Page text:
In 2011, students in Chile made headlines when they launched a nationwide strike lasting almost eight months.
The trigger was high tuition costs that drove students and their families into debt. There were coordinated marches in all major cities. At some universities students took over buildings. The marches took on almost a carnival atmosphere with students engaging in “kiss-ins” and pillow fights.
Before long, the marches became multifaceted. Opponents of the massive HidroAysén dam project in Patagonia joined in. Students and trade unions joined forces when workers staged strikes and marched in Santiago and other major cities.
Tasha Fairfield, an assistant professor for the London School of Economics’ Department of International Development, said the strikes were pivotal. “The student movement played a critical role in creating political space,” Fairfield said. It “dramatically changed the political context in Chile and helped to place the issues of Chile’s extreme inequalities centrally on the national agenda.”
Although most of the demonstrations were peaceful, some protestors wanted more direct confrontation with the police. Masked protesters armed with stones clashed with police forces equipped with riot gear, tear gas, and armored vehicles with water cannons. The harshness of the government crackdown drew international criticism.
More than two thirds of the population supported the student movement and its demands for education reform. The students consistently rejected the government’s attempts to appease the protesters as grossly insufficient. Their goal was free university tuition. President Sebastian Piñera, the first conservative president since the 1988 plebiscite that ended General Augusto Pinochet’s dictatorship, saw his ratings plummet to the lowest of any leader in the post-authoritarian era. Ordinary Chileans had made clear that they wanted to see changes in their society.
This set the stage for Michelle Bachelet to run for election in 2013. She was previously president from 2006-2010, but Chile’s laws prevented her from running for a second consecutive term.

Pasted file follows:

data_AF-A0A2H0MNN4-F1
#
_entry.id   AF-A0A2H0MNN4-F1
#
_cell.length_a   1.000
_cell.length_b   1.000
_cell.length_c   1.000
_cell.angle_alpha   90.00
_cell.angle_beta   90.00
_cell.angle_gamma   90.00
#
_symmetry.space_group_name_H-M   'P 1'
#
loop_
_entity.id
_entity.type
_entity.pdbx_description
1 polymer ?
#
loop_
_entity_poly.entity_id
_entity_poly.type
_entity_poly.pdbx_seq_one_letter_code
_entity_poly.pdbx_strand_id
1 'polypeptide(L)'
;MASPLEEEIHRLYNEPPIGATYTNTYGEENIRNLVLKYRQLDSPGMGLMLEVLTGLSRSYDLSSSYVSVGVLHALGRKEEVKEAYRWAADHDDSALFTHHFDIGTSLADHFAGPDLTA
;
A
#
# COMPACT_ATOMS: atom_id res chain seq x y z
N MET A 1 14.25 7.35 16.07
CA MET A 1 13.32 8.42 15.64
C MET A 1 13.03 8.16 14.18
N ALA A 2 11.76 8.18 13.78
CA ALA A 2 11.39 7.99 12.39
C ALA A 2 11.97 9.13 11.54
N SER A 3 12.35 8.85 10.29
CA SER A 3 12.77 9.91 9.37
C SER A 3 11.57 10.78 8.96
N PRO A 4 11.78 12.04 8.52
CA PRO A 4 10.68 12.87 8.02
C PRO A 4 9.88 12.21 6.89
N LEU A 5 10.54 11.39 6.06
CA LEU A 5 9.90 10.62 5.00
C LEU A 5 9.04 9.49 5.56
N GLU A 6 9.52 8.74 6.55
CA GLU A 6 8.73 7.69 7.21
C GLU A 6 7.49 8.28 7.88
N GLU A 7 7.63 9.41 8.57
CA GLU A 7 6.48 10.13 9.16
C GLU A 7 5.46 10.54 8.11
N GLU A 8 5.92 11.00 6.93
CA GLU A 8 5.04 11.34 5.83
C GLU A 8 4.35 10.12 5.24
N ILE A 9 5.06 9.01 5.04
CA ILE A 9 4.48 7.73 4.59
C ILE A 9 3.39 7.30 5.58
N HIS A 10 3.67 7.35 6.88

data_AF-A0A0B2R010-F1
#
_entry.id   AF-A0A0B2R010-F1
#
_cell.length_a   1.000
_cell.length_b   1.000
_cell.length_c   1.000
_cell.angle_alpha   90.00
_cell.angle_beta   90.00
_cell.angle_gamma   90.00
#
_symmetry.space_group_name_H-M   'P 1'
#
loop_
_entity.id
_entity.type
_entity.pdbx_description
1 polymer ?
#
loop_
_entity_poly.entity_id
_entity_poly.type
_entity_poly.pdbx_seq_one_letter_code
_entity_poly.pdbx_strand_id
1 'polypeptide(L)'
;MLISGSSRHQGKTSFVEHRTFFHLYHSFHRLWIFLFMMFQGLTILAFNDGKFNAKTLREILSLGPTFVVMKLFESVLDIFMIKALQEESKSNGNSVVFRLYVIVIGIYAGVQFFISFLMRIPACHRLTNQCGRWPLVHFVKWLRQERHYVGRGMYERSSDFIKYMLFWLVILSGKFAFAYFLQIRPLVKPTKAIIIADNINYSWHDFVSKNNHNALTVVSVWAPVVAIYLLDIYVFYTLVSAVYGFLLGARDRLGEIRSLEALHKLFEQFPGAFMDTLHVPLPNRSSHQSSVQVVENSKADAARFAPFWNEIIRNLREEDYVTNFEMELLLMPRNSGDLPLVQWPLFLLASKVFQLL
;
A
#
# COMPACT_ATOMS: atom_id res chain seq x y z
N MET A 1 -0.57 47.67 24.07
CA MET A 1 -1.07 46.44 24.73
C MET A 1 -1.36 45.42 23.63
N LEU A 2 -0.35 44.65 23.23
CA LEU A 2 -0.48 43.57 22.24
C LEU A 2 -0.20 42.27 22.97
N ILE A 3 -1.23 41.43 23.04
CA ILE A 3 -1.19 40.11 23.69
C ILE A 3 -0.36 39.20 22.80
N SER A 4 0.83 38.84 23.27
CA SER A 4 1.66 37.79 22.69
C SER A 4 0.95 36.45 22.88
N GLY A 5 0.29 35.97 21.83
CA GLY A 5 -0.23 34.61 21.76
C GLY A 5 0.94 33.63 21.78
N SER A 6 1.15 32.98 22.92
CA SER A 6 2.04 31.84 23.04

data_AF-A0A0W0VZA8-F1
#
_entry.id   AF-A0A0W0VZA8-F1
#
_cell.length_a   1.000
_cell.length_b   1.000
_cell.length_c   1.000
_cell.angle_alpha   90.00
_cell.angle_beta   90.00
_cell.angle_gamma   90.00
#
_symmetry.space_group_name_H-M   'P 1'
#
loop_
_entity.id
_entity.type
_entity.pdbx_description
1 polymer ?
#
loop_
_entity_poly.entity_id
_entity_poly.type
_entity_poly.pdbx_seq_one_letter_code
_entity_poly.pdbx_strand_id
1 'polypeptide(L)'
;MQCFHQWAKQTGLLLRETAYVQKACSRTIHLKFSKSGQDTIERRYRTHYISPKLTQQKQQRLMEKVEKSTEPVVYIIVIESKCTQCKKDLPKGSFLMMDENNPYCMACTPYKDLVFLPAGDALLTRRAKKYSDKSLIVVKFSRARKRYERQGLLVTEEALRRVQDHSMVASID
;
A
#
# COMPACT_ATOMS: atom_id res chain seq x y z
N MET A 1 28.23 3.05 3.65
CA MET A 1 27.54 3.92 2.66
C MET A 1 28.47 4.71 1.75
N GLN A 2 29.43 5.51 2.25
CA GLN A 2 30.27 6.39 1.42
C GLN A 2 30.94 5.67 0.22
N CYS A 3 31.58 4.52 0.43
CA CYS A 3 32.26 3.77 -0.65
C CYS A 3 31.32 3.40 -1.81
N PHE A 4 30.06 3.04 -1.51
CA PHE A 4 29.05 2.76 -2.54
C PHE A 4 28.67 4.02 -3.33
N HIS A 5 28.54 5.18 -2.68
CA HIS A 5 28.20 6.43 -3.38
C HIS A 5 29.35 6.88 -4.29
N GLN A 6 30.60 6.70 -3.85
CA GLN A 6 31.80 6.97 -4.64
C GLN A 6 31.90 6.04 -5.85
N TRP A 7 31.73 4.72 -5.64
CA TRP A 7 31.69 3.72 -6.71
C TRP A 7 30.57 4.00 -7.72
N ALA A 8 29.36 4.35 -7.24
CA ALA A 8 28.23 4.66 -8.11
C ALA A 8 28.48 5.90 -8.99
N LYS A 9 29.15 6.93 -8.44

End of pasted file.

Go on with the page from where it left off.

This time around, her platform was much more radical. Bachelet pledged to reform the tax system and, with the increased revenue, reform the education system. She won the election and immediately took the first step. She raised the corporate tax rate and closed significant loopholes.
The 2013 Elections
Bachelet was backed by the Nueva Mayoria (New Majority), a center-left coalition made up of her own Socialist Party, the Christian Democratic Party, and the Party for Democracy, among others. After falling just short of an absolute majority in the first round of elections, Bachelet won handily in the runoff, taking home over 62 percent of the vote.
The elections remade the legislature. Isabel Allende (from the Socialist Party), daughter of Salvador Allende, became the first woman president of the senate. Several student leaders, including Camila Vallejo (of the Communist Party) and Gabriel Boric (an Independent), launched political careers by winning their bids to join the Chamber of Deputies. The left was swept into power by a wave of public support and gained strong majorities in both houses of the National Congress.
Bachelet had been given a clear mandate. The government put together a package that would raise corporate income taxes from 20 percent to at least 25 percent and close tax loopholes for companies and wealthy business owners. The changes promised to bring in an estimated $8.3 billion each year. The government pledged to put half of these funds toward providing free education for all Chileans by the year 2020 and to roll back the for-profit schools that emerged during Pinochet’s dictatorship. The remainder would be used to improve the health care system and other social programs.
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